• Marilee McWuarrie Dec 1, 2020 @ 5:51

    I have several reuseable bags for my produce and for my shopping. I keep them in my car so I can easily grab them when I shop. If I don’t have them with me I always ask for the brown paper bags and use them in my garden as weed barrier or compost.

  • Mike K Dec 1, 2020 @ 5:49

    I have some bags I use for all my groceries. But most of the time I forget them at home.
    I think I’ll show this to my daughter, as she likes to sew and is crafty.

  • Cynthia Kelly Dec 1, 2020 @ 5:43

    Yikes I need to get busy to get some of these ready for Christmas gifts. What a great idea. I think I will go to the resale shop and find some tea cups to make candles as gifts.

  • Elena M Dec 1, 2020 @ 5:38

    I love this project; simple and practical! I use reusable bags and once I empty them after going to the store or farm, I put them back in my car so I don’t forget them. 😉

  • Patricia Davis Dec 1, 2020 @ 5:37

    I do take my own bags as in NY you have no choice. I do always forget and go back to the car to get them. lol. I love your tutorials and I will be needing some new bags so after the holidays I hope to make some. Thanks for the chance to win and happy holidays.

  • Calla Funk Dec 1, 2020 @ 5:36

    This is just like my first ever sewing project as a kid. Nice memories. This is an inspiration to use up some left over pieces of fabric I have too. Thanks

  • Vanessa M. Dec 1, 2020 @ 5:35

    I love that reusable bags are popular enough now to have some really cool designs so I use them as gift bags.
    As for remembering to bring them in, I keep them at my kids feet and they all want to be the one to carry the bag so between them we always get the 3 bags in that we need.
    When it’s warm enough to walk to the store we keep reusable bags in the bottom of our stroller along with huge caribeaners to clip to the handle bar.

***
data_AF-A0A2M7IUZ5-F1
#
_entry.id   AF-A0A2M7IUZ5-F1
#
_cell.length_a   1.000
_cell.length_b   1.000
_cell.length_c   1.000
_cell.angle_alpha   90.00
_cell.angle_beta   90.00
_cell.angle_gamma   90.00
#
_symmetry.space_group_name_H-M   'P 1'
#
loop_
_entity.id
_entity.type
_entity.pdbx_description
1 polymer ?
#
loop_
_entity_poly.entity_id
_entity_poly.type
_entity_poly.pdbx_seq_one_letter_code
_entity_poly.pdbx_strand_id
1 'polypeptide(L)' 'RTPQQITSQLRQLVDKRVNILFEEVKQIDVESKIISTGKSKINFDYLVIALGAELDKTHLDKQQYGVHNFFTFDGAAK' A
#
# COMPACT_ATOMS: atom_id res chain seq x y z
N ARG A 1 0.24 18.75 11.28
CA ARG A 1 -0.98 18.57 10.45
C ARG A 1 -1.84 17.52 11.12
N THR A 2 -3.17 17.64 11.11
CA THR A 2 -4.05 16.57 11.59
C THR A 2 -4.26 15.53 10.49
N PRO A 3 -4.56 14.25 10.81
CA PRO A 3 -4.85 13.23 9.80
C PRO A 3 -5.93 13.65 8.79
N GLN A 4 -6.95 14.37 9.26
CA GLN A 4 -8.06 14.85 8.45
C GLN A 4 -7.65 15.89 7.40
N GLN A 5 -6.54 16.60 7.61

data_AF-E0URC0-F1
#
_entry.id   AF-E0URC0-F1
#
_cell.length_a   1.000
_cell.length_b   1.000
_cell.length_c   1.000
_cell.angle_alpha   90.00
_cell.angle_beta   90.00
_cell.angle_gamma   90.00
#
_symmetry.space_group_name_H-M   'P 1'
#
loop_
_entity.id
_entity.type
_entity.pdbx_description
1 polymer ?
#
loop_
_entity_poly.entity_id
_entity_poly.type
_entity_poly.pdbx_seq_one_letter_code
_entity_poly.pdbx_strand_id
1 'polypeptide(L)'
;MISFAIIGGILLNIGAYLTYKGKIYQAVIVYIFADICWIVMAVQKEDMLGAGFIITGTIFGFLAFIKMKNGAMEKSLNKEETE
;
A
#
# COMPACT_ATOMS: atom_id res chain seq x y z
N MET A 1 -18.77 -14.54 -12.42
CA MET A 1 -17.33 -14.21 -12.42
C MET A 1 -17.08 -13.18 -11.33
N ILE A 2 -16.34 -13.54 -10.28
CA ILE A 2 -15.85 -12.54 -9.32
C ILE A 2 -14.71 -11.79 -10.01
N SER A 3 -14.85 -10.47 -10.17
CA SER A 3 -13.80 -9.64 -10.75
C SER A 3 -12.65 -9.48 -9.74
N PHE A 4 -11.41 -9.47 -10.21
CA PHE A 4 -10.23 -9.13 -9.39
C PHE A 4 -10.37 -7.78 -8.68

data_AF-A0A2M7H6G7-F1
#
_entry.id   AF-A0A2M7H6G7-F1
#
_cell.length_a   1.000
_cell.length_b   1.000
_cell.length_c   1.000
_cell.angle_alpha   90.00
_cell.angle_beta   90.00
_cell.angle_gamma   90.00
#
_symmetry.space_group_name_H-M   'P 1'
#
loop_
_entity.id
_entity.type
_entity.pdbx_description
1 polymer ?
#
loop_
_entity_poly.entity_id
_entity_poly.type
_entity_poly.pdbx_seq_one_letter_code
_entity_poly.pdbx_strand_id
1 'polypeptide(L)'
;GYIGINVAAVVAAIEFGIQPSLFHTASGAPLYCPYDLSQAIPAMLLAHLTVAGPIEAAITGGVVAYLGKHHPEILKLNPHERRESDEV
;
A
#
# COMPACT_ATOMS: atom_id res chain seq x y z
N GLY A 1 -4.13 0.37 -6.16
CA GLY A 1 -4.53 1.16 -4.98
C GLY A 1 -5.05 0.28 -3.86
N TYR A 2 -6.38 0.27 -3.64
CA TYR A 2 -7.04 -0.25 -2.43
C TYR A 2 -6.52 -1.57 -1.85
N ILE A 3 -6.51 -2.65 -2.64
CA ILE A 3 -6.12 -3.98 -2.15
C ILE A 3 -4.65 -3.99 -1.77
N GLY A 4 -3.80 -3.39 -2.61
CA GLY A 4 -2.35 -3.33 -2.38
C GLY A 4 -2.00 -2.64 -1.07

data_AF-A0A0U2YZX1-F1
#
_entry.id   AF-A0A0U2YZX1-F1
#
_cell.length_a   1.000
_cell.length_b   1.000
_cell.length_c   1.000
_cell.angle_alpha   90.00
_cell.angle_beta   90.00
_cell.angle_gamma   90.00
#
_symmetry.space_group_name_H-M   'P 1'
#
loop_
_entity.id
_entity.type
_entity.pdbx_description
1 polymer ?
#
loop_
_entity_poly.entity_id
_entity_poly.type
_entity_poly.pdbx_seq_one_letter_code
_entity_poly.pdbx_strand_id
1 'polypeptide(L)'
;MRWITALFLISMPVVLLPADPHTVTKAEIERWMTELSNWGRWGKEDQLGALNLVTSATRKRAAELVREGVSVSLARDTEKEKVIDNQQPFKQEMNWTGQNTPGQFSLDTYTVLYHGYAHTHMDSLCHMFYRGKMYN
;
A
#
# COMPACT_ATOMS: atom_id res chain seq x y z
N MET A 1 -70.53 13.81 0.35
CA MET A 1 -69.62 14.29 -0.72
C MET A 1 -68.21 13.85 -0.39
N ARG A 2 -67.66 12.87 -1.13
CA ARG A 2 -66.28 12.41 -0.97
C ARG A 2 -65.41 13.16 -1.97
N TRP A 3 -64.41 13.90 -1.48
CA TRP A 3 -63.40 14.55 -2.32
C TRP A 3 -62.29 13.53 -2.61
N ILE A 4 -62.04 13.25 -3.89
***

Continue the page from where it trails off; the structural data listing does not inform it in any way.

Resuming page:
I also won a couple bags that collapse down really small that I clip to the outside of my bag.

    Now I just need to check my cloth stash for something light enough to make produce bags from! I don’t use bags for produce usually but it would be really nice to keep everything together instead of rolling away.

  • Carly Boris Dec 1, 2020 @ 5:30

    We use ours at the green market stands. We use them to get fresh bread and produce from stores. We buy bulk grains and nuts in these. Store baby treats for long trips. So many options

  • Kelley a Planter Dec 1, 2020 @ 5:26

    I love the idea of using sheer fabric so I can see the produce! But I think I am going to make some with Christmas fabric to use as gift bags! Thank you!!

  • Sandy Dec 1, 2020 @ 5:24

    I’ve been using fabric grocery bags and mesh produce bags for a few years. I often forgot them in the car until I made a firm rule with myself that if I forgot them I had to go back and get them. A few trips back through the rain made me better, but not perfect, at remembering.
    I love the book! I checked it out from the library and then could not make myself return it until I bought one of my own.

  • Rosanne Dec 1, 2020 @ 5:04

    We use the reusable bags for groceries, we wipe them down every time we use them and they go back into car immediately. We found this works best for remembering them. I also hand wash them completely once per month.